CC BY-NC-ND 4.0 · Geburtshilfe Frauenheilkd 2018; 78(10): 999-1007
DOI: 10.1055/a-0684-9838
GebFra Science
Original Article/Originalarbeit
Georg Thieme Verlag KG Stuttgart · New York

Situation of Adolescent Contraceptive Use in Germany

Article in several languages: English | deutsch
Patricia G. Oppelt
Department of Gynecology, Erlangen University Hospital, University of Erlangen-Nuremberg, Erlangen, Germany
,
Christine Fahlbusch
Department of Gynecology, Erlangen University Hospital, University of Erlangen-Nuremberg, Erlangen, Germany
,
Katharina Heusinger
Department of Gynecology, Erlangen University Hospital, University of Erlangen-Nuremberg, Erlangen, Germany
,
Laura Lotz
Department of Gynecology, Erlangen University Hospital, University of Erlangen-Nuremberg, Erlangen, Germany
,
Ralf Dittrich
Department of Gynecology, Erlangen University Hospital, University of Erlangen-Nuremberg, Erlangen, Germany
,
Friederike Baier
Department of Gynecology, Erlangen University Hospital, University of Erlangen-Nuremberg, Erlangen, Germany
› Author Affiliations
Further Information

Correspondence/Korrespondenzadresse

PD Dr. Patricia G. Oppelt
Department of Gynecology
Erlangen University Hospital
University of Erlangen-Nuremberg
Universitätsstraße 21 – 23
91054 Erlangen
Germany   

Publication History

received 31 July 2018
revised 13 August 2018

accepted 14 August 2018

Publication Date:
19 October 2018 (online)

 

Abstract

Introduction Would adolescent girls in Germany choose a different method of contraception to the combined oral contraceptive if provided with the appropriate information? Is there a need for long-acting contraception among our adolescent girls? How satisfied are female patients with the information they receive at their respective gynaecology practices, and how much do the girls know about different methods of contraception?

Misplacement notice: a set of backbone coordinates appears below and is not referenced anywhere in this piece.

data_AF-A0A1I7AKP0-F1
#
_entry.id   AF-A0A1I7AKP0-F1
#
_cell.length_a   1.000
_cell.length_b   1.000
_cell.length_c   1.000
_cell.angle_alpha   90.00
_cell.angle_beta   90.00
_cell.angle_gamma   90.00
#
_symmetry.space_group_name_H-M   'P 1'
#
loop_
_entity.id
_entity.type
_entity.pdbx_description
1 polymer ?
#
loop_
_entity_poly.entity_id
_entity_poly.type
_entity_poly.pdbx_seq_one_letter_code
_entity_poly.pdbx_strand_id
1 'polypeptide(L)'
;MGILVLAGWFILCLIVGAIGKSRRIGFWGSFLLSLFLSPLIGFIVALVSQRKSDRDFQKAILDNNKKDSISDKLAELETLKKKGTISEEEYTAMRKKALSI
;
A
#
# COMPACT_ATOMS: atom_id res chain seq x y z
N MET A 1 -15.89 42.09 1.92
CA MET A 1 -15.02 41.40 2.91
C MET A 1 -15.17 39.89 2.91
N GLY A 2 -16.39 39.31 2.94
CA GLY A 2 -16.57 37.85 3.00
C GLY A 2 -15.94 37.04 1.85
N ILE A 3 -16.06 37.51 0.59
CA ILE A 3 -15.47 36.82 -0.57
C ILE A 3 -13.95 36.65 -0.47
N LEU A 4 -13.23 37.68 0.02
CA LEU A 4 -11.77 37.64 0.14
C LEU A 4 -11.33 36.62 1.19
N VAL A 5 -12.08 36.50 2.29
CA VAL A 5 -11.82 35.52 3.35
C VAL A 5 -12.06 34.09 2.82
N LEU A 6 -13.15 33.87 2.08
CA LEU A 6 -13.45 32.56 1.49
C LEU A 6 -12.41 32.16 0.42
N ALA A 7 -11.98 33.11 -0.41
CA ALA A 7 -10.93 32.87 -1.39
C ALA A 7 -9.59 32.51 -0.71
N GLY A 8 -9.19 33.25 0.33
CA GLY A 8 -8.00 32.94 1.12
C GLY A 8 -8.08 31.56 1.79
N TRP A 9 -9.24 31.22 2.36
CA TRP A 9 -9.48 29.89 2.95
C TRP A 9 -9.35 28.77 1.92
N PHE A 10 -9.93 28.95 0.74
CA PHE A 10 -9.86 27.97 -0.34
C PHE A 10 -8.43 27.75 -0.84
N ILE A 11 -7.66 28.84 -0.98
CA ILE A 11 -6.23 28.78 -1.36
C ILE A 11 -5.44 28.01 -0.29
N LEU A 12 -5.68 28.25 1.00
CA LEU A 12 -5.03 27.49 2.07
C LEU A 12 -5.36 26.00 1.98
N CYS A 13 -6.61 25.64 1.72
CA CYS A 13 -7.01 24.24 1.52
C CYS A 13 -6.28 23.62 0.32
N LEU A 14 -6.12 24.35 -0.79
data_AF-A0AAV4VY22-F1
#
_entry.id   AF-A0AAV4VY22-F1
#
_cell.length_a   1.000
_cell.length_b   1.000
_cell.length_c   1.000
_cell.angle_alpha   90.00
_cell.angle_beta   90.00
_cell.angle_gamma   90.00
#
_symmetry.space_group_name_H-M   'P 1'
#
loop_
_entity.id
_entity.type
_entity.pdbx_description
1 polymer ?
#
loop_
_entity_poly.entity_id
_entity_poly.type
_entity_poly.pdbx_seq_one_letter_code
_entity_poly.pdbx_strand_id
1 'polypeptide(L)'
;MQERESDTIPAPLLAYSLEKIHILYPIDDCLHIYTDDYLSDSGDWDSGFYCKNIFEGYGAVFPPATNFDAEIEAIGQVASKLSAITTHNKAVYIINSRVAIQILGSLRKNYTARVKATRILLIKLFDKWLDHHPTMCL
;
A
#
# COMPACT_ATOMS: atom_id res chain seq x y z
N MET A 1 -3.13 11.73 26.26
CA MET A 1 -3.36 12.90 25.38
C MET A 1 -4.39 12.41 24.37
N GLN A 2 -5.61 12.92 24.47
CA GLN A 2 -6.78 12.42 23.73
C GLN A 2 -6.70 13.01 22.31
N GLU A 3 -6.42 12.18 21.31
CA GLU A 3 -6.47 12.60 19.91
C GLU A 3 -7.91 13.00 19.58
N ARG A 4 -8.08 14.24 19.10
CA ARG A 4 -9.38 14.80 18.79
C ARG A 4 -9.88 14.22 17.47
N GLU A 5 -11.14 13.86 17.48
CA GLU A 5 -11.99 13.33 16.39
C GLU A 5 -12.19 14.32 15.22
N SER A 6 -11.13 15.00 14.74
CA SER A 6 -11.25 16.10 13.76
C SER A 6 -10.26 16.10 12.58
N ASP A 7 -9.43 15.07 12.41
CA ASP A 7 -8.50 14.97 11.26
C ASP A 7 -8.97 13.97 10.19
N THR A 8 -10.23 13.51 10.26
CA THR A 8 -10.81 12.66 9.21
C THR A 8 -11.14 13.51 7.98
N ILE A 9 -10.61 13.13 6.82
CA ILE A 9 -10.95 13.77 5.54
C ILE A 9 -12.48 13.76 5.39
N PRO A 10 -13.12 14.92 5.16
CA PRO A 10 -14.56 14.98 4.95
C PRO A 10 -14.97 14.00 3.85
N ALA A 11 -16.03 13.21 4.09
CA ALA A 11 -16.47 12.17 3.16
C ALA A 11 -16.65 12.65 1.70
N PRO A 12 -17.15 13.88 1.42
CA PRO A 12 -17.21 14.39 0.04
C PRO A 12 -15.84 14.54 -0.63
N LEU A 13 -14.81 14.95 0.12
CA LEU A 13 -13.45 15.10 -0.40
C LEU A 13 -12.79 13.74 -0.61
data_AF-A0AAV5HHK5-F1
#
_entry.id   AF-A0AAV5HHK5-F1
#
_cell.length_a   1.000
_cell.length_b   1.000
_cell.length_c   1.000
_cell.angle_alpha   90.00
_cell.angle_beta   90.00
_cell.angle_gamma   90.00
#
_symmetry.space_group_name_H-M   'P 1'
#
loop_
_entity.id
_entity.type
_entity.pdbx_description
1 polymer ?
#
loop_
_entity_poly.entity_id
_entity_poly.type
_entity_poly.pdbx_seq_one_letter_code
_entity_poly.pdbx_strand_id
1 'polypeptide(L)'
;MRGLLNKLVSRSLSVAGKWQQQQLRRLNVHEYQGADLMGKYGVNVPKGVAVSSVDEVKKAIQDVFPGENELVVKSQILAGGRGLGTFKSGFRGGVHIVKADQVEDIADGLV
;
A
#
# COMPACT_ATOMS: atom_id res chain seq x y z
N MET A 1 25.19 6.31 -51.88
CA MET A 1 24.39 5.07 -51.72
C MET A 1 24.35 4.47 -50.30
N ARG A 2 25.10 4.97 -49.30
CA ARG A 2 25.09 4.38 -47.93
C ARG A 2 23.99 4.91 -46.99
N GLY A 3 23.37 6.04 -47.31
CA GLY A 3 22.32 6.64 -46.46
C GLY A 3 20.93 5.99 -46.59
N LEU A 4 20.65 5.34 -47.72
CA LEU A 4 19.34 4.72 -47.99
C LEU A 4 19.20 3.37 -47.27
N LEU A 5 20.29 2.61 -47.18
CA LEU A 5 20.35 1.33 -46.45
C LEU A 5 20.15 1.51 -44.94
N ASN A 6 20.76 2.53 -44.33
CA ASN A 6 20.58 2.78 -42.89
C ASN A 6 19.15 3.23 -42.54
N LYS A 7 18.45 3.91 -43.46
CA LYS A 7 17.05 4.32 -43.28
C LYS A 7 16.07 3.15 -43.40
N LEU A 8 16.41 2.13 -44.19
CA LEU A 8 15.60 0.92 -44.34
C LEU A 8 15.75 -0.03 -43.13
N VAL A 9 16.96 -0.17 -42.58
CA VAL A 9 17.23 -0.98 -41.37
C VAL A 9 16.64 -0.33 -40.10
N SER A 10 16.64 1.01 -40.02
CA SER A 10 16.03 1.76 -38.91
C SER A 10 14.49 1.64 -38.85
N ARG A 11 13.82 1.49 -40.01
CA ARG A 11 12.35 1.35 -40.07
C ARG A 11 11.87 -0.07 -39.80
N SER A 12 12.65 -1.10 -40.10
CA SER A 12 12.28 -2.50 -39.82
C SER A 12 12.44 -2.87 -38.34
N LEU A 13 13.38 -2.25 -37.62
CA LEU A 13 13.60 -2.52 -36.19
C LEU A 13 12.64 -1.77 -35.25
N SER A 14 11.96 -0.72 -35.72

Materials and Methods In the study “Thinking About Needs in COntraception” (TANCO), not only female patients, but also their respective gynaecologists were surveyed online about current methods of contraception, their satisfaction with these methods, and also their level of knowledge concerning the individual methods of contraception, the situation related to advice about different contraceptive options and their general satisfaction with gynaecological care. This article presents the data from the subset of adolescent girls aged 14 to 19 years (n = 2699) out of the total of 18 521 women surveyed.

Results The girls surveyed were familiar with at least the name of more than five different methods of contraception (average 5.3). The doctors assumed that the respondents would know only 4.2 different methods. When asked explicitly about how the individual methods of contraception work, clear deficits became evident. This applies not only to the entire population of respondents, but also the users of the respective contraceptive method. In addition, a strong interest in long-acting contraception emerged from the survey, particularly among young women.

Discussion The data from the TANCO study reveal a clear discrepancy between the existing contraception almost exclusively in the form of the contraceptive pill and the contraceptive options considered by adolescent girls if they are thoroughly informed. The need for education into alternatives to the pill is high, as is the willingness to use such alternatives after receiving information – much higher than the figures suggested by the gynaecologists.